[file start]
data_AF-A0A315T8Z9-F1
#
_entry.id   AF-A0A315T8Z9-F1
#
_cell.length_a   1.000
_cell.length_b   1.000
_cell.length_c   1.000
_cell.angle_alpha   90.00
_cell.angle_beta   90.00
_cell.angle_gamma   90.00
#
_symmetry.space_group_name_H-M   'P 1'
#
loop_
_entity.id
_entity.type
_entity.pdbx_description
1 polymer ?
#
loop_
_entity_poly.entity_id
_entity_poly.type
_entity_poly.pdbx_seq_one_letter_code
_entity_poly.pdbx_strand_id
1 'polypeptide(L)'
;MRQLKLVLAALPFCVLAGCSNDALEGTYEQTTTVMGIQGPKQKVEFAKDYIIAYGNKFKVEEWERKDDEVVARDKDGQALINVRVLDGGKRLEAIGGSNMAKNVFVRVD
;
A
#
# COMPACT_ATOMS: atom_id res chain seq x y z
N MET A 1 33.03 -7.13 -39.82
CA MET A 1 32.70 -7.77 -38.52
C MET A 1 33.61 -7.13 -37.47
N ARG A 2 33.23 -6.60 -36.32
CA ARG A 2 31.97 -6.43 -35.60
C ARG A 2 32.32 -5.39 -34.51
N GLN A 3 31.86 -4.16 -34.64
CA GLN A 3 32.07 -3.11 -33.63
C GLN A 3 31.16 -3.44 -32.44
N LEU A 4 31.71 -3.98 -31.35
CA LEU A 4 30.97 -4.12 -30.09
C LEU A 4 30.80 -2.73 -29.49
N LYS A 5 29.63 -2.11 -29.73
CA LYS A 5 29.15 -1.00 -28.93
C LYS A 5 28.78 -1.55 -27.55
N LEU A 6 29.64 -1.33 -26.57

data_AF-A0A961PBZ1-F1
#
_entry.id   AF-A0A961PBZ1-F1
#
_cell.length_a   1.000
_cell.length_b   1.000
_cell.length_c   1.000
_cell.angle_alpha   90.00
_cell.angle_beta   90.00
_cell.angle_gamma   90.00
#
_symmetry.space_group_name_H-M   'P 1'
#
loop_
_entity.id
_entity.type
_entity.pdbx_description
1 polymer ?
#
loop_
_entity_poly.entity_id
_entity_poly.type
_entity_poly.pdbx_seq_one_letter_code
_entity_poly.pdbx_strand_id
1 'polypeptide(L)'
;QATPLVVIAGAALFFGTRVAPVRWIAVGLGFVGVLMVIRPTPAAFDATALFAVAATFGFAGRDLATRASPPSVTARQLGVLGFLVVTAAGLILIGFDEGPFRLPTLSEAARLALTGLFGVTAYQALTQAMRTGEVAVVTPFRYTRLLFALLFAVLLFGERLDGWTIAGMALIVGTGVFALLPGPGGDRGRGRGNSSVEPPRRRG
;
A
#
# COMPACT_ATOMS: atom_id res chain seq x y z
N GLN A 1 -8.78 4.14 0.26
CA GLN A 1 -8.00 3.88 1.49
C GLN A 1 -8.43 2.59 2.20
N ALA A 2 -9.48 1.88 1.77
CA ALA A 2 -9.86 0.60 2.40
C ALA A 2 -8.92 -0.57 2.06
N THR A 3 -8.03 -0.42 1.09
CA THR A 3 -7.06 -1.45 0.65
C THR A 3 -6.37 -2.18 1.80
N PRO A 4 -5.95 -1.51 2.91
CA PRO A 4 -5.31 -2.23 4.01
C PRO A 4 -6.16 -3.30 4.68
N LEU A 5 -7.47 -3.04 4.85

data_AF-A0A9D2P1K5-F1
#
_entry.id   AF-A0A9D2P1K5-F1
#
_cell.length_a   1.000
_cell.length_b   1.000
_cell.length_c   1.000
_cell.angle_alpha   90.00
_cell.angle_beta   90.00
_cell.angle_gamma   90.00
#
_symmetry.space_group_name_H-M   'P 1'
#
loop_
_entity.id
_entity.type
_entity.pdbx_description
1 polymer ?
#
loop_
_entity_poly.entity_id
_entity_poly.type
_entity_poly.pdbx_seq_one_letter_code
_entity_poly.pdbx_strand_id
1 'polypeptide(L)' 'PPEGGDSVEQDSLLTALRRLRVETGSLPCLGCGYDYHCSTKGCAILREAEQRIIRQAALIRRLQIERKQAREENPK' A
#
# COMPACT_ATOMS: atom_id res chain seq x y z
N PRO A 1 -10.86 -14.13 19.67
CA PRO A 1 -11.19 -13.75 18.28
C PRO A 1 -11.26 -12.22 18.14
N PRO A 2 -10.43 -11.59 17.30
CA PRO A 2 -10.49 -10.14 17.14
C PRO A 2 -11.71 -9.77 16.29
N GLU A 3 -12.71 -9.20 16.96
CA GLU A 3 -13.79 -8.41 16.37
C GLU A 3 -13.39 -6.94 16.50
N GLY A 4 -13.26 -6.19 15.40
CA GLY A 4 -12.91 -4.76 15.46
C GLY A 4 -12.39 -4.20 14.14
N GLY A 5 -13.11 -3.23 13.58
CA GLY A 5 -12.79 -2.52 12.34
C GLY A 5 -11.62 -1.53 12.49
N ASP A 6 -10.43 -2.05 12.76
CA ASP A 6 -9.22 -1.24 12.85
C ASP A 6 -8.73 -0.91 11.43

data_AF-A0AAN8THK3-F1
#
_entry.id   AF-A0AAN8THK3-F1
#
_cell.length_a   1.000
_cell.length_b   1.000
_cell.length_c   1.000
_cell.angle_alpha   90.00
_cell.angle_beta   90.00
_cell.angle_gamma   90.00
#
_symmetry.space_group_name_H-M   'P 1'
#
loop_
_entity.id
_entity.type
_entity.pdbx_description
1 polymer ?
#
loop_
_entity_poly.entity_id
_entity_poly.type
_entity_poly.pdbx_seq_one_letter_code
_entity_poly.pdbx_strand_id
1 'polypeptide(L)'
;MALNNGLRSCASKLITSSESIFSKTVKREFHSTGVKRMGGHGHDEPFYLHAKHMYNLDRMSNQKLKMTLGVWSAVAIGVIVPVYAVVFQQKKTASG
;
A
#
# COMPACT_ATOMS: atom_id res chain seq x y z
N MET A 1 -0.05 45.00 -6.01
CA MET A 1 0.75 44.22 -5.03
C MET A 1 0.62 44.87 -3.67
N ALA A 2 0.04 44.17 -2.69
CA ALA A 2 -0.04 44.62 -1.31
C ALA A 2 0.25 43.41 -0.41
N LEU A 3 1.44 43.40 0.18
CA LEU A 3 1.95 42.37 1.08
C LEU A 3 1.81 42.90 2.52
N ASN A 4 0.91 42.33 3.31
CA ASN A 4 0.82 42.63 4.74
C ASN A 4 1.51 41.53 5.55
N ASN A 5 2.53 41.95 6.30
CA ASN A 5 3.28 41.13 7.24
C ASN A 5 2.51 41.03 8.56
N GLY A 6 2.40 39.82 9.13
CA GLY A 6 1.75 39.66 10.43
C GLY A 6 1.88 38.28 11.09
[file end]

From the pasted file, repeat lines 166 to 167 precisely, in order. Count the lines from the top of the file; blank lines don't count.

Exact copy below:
CA MET A 1 0.75 44.22 -5.03
C MET A 1 0.62 44.87 -3.67